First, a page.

HIV-1, with its RNA genome, demonstrates significant genetic diversity due its high mutation rate. It has diversified itself to such an extent, through its ability to form “cloud” of variants or quasispecies, that there is no single wild-type strain. In vitro data have shown that RNA viruses generate nonhomogeneous genetic clones that are closely related but genetically diverse, which are known as quasispecies. This phenomenon, which aids viruses to persist in their host, possibly causing disease, is observed in other RNA viruses such as hepatitis C and influenza virus as well [28, 29]. The reverse transcriptase (RT) of HIV-1, which lacks 3′-5′ exonucleolytic proof-reading function, misincorporates 1 in 6900 and 1 in 5900 nucleotides polymerized on the RNA and DNA template, respectively, and hence accounts for larger proportion of mutations seen in HIV-1 [30]. It has been estimated that, after a single round of HIV-1 replication, under the assumption of absence of selection pressure, the resulting progeny viruses will have substitution, frameshift and deletions at 24%, 4%, and 2%, respectively [31]. It is interesting to note that 80% of heterosexual-mediated HIV-1 infections are due to productive infection by a single HIV-1 virion [32–34]. HIV-1 evolves at about 1% per year [35]. Given that HIV-1 faces selection pressures, a gamut of mutations has shaped its genome since its origin, which in turn, ensures its virulence at population level [36, 37], despite the fact that certain mutations in its conserved region impacts its fitness negatively [38]. Further, a recent study that utilized phylogenetic comparative approach revealed that viral genotype, as against the host genetic profile, largely determines the HIV set-point viral load and hence the virulence [39]. A schematic sketch of error-causing machinery involved in HIV-1 mutagenesis and a gamut of selection pressure acting on HIV-1 are provided in Figures 3(a) and 3(b), respectively.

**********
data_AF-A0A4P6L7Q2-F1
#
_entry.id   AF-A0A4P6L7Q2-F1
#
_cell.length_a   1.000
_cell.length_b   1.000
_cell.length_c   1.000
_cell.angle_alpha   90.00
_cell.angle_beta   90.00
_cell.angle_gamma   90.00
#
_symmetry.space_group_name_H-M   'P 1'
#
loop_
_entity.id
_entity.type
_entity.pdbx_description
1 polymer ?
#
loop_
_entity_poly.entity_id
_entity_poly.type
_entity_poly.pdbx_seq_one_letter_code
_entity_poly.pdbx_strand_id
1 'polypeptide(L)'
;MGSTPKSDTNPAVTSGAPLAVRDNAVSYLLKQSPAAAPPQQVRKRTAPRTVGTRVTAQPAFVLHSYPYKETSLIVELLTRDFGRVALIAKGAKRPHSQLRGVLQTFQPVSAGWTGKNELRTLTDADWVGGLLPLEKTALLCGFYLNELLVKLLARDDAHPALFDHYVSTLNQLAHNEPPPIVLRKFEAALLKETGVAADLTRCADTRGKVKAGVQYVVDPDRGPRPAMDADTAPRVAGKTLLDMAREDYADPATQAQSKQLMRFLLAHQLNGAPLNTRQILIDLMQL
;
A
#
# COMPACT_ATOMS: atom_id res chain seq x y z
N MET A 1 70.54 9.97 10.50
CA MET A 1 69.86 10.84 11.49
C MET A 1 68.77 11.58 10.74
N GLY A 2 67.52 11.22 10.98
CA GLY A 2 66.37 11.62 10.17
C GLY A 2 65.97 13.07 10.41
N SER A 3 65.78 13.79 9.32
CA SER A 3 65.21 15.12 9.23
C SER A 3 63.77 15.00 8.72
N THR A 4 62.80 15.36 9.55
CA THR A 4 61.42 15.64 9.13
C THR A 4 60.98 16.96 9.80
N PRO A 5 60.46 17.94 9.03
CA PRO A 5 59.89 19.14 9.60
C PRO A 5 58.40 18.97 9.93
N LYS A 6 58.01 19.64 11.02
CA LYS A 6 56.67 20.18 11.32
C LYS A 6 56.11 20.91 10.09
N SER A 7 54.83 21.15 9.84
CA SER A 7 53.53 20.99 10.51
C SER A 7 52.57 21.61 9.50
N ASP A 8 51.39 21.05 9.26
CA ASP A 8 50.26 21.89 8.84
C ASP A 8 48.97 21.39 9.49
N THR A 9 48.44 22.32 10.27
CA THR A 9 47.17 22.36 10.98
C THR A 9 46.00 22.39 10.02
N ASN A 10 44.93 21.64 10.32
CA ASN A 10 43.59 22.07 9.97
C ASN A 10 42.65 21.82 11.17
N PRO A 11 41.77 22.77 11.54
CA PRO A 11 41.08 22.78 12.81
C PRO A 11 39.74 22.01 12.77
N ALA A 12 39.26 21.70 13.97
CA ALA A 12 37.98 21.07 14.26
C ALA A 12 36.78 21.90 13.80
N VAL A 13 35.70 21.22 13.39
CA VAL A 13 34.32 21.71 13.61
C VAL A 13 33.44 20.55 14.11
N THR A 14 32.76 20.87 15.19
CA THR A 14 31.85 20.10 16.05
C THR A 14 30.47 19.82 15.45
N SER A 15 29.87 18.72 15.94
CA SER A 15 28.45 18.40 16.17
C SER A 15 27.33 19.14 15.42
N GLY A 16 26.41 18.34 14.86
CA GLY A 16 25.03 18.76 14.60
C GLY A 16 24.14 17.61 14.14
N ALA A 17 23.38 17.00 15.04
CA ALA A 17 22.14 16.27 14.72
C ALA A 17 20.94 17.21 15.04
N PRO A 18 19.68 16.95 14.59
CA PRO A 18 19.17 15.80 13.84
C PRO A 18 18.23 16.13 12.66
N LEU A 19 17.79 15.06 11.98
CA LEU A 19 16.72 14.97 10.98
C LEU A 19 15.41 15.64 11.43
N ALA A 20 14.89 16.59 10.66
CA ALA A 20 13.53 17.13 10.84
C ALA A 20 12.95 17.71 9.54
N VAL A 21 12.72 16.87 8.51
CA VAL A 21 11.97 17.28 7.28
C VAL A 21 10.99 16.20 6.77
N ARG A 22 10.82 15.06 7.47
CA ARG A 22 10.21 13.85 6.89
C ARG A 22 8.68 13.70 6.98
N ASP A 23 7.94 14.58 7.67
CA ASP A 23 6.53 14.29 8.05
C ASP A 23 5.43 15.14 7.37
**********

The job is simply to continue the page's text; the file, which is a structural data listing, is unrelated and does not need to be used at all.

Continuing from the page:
HIV-1 adapts to host immune pressure, and this is revealed through studies of positively selected amino acid changes in different proteins of the virus [70–74]. An immunoinformatic analysis that looked at envelope sequences across clades from varied geographical regions has indicated differences in frequency of positive selection (PS) sites, suggesting that viral clades prevalent in various geographically distinct parts of the globe evolve in response to the characteristic immunogenetic profile of the host population [70]. Evolutionary pathways of HIV-1 appear to be vast with occurrence of positive selection sites not only in epitopes of CD4+ and CD8+ T cells and antibodies, wherein HLA impacts profoundly, but also in other regions which are likely to suffer selection pressure via effectors of innate arm of the immune system such as KIR and HIV restriction factors TRIM5α, APOBEC3G [75]. In contrast, HIV-2 that causes less severe form of disease face significant negative selection pressure [76].